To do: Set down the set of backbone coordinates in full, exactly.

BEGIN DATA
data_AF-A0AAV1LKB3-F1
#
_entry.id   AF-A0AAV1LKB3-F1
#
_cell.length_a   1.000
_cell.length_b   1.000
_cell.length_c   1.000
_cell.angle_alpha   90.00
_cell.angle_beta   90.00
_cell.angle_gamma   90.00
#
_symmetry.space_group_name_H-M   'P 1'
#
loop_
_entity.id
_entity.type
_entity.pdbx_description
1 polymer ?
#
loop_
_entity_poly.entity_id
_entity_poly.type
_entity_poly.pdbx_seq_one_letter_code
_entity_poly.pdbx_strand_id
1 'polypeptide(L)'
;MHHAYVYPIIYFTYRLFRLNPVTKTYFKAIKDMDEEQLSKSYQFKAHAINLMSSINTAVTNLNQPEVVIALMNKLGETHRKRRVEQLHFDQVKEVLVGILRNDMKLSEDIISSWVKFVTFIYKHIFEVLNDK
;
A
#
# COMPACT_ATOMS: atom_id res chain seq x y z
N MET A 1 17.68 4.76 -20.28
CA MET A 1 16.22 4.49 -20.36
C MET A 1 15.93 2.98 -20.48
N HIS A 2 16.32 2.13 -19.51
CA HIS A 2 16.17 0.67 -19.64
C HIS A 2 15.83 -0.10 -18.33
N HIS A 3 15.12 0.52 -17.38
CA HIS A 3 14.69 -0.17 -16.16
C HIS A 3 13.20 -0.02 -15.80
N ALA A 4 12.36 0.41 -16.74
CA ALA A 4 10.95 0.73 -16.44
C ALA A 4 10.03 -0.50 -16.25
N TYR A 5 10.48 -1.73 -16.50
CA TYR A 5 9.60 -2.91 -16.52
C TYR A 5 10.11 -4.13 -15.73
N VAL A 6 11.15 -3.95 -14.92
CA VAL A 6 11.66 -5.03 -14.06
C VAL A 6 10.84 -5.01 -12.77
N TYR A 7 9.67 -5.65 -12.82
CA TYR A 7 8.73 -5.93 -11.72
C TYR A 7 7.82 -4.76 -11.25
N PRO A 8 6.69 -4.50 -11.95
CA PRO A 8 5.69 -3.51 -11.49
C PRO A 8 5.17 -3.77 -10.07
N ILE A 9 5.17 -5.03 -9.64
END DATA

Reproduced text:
data_AF-A0AAV1LKB3-F1
#
_entry.id   AF-A0AAV1LKB3-F1
#
_cell.length_a   1.000
_cell.length_b   1.000
_cell.length_c   1.000
_cell.angle_alpha   90.00
_cell.angle_beta   90.00
_cell.angle_gamma   90.00
#
_symmetry.space_group_name_H-M   'P 1'
#
loop_
_entity.id
_entity.type
_entity.pdbx_description
1 polymer ?
#
loop_
_entity_poly.entity_id
_entity_poly.type
_entity_poly.pdbx_seq_one_letter_code
_entity_poly.pdbx_strand_id
1 'polypeptide(L)'
;MHHAYVYPIIYFTYRLFRLNPVTKTYFKAIKDMDEEQLSKSYQFKAHAINLMSSINTAVTNLNQPEVVIALMNKLGETHRKRRVEQLHFDQVKEVLVGILRNDMKLSEDIISSWVKFVTFIYKHIFEVLNDK
;
A
#
# COMPACT_ATOMS: atom_id res chain seq x y z
N MET A 1 17.68 4.76 -20.28
CA MET A 1 16.22 4.49 -20.36
C MET A 1 15.93 2.98 -20.48
N HIS A 2 16.32 2.13 -19.51
CA HIS A 2 16.17 0.67 -19.64
C HIS A 2 15.83 -0.10 -18.33
N HIS A 3 15.12 0.52 -17.38
CA HIS A 3 14.69 -0.17 -16.16
C HIS A 3 13.20 -0.02 -15.80
N ALA A 4 12.36 0.41 -16.74
CA ALA A 4 10.95 0.73 -16.44
C ALA A 4 10.03 -0.50 -16.25
N TYR A 5 10.48 -1.73 -16.50
CA TYR A 5 9.60 -2.91 -16.52
C TYR A 5 10.11 -4.13 -15.73
N VAL A 6 11.15 -3.95 -14.92
CA VAL A 6 11.66 -5.03 -14.06
C VAL A 6 10.84 -5.01 -12.77
N TYR A 7 9.67 -5.65 -12.82
CA TYR A 7 8.73 -5.93 -11.72
C TYR A 7 7.82 -4.76 -11.25
N PRO A 8 6.69 -4.50 -11.95
CA PRO A 8 5.69 -3.51 -11.49
C PRO A 8 5.17 -3.77 -10.07
N ILE A 9 5.17 -5.03 -9.64